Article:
Facebook Spent $16.4 Million In A Month To Advertise Its Live Video Platform

By 11/28/2016
Facebook Spent $16.4 Million In A Month To Advertise Its Live Video Platform

In case Facebook hasn’t made its strategy clear by now, let this article serve as the latest reminder that the social media giant really, really wants its users to check out live video. According to a report from Digiday, Facebook’s latest ad campaign for its live platform has cost $16.4 million since its October launch.

If you’ve watched a lot of TV over the past 30 days, you’ve probably seen one of the ads in question. As Adweek noted last month, he campaign launched its first wave of spots on October 24th before transition to a new set of ads (based around the idea of teaching viewers how to use Facebook Live rather than building their awareness of it) two weeks later. The commercials aired, among other places, during broadcasts of major sporting events like the World Series and nationally-televised football games. Facebook also rolled out billboards in support of Facebook Live, including this snazzy number in New York’s Times Square:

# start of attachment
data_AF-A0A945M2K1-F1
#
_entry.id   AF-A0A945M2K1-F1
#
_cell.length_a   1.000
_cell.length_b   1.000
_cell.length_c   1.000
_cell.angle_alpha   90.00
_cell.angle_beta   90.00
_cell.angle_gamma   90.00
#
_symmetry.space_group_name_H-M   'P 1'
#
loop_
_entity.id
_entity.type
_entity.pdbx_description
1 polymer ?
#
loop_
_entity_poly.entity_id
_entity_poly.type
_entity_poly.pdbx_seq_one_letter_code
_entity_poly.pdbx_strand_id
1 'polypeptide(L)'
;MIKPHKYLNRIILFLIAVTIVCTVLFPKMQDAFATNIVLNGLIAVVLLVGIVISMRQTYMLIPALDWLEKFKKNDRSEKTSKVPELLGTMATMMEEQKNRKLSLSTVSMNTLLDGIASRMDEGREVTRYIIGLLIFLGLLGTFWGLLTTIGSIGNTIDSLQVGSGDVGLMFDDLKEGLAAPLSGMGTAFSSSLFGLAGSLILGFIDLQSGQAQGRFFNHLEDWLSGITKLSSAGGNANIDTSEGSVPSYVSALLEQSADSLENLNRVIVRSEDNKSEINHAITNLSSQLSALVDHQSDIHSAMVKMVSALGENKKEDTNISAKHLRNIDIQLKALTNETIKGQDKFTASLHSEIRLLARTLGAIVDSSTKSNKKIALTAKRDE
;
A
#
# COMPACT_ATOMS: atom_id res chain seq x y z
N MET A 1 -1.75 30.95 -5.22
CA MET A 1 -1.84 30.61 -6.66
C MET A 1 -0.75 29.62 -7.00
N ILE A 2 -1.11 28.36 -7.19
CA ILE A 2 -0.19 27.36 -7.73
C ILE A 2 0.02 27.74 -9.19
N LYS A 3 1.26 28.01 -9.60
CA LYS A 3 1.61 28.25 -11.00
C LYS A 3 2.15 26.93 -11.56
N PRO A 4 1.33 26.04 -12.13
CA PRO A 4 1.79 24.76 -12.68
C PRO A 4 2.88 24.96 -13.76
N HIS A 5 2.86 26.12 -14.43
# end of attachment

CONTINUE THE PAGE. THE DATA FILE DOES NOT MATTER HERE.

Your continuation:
.@FaceBook has got its Time Square Billboard game on point. #FBLive #FaceBookLive #advertising #timessquare

A video posted by Tubefilter (@tubefilter) on

The $16.4 price tag for the recent campaign eclipses the $14.1 million Facebook spent on advertising during the first six months of 2016, according to Digiday. That massive spend comes on top of the existing payouts Facebook has offered to high-level influencers who agree to use its live platform. The social media giant has also encouraged its Live partners to launch their own advertisements, further its already-huge investment in its streaming platform.

Has Facebook’s campaign delivered results to match its price? The answer is unclear, since current data about the usage of Facebook Live is not available. Facebook certainly has enough money to splash around on its big ad campaign, though it continues to face channels from popular streaming apps like Twitter-owned Periscope, Live.ly, and YouNow, as well as the live video arms of established players like YouTube. Nonetheless, Facebook does seem to be showing any signs of slowing down, so expect its marketing blitz to continue.